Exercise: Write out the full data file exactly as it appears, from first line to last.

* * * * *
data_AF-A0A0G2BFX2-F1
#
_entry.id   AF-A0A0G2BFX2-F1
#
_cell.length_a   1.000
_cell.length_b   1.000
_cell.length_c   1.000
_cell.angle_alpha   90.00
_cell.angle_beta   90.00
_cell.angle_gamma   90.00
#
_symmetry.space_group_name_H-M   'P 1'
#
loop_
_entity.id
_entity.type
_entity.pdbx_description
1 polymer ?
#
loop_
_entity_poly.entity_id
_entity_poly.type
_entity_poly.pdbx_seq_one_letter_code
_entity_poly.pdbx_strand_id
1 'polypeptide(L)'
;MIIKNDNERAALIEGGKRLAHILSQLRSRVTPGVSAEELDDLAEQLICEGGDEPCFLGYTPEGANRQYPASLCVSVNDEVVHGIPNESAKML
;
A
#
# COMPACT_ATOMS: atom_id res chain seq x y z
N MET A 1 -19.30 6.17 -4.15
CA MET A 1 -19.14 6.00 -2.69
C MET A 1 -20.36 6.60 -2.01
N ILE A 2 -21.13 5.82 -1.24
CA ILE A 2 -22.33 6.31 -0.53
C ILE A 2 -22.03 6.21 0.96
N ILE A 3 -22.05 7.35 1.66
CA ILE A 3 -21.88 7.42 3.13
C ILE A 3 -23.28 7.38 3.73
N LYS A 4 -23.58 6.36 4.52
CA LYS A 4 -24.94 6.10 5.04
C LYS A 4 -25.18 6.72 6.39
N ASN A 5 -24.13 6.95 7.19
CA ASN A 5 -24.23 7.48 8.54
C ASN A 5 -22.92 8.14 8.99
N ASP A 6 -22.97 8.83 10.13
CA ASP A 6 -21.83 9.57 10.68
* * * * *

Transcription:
data_AF-A0A0G2BFX2-F1
#
_entry.id   AF-A0A0G2BFX2-F1
#
_cell.length_a   1.000
_cell.length_b   1.000
_cell.length_c   1.000
_cell.angle_alpha   90.00
_cell.angle_beta   90.00
_cell.angle_gamma   90.00
#
_symmetry.space_group_name_H-M   'P 1'
#
loop_
_entity.id
_entity.type
_entity.pdbx_description
1 polymer ?
#
loop_
_entity_poly.entity_id
_entity_poly.type
_entity_poly.pdbx_seq_one_letter_code
_entity_poly.pdbx_strand_id
1 'polypeptide(L)'
;MIIKNDNERAALIEGGKRLAHILSQLRSRVTPGVSAEELDDLAEQLICEGGDEPCFLGYTPEGANRQYPASLCVSVNDEVVHGIPNESAKML
;
A
#
# COMPACT_ATOMS: atom_id res chain seq x y z
N MET A 1 -19.30 6.17 -4.15
CA MET A 1 -19.14 6.00 -2.69
C MET A 1 -20.36 6.60 -2.01
N ILE A 2 -21.13 5.82 -1.24
CA ILE A 2 -22.33 6.31 -0.53
C ILE A 2 -22.03 6.21 0.96
N ILE A 3 -22.05 7.35 1.66
CA ILE A 3 -21.88 7.42 3.13
C ILE A 3 -23.28 7.38 3.73
N LYS A 4 -23.58 6.36 4.52
CA LYS A 4 -24.94 6.10 5.04
C LYS A 4 -25.18 6.72 6.39
N ASN A 5 -24.13 6.95 7.19
CA ASN A 5 -24.23 7.48 8.54
C ASN A 5 -22.92 8.14 8.99
N ASP A 6 -22.97 8.83 10.13
CA ASP A 6 -21.83 9.57 10.68